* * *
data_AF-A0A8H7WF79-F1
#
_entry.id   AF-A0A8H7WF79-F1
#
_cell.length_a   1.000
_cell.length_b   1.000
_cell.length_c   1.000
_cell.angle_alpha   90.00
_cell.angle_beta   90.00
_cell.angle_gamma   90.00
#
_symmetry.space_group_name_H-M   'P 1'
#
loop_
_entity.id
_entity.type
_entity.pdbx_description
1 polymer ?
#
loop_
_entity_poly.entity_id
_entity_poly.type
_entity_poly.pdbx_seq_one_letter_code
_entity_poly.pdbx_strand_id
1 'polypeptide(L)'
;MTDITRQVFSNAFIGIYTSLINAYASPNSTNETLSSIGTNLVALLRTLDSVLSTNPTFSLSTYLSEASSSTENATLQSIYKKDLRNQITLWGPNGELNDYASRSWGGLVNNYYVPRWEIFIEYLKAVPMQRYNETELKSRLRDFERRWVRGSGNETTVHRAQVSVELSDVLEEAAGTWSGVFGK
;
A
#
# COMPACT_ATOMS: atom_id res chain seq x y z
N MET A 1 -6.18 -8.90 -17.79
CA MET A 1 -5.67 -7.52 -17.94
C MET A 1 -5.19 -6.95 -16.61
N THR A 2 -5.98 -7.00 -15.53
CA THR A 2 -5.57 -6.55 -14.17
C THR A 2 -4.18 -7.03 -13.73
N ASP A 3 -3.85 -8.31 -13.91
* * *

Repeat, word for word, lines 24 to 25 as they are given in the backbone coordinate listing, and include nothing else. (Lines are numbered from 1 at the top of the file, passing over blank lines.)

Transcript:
_entity_poly.pdbx_strand_id
1 'polypeptide(L)'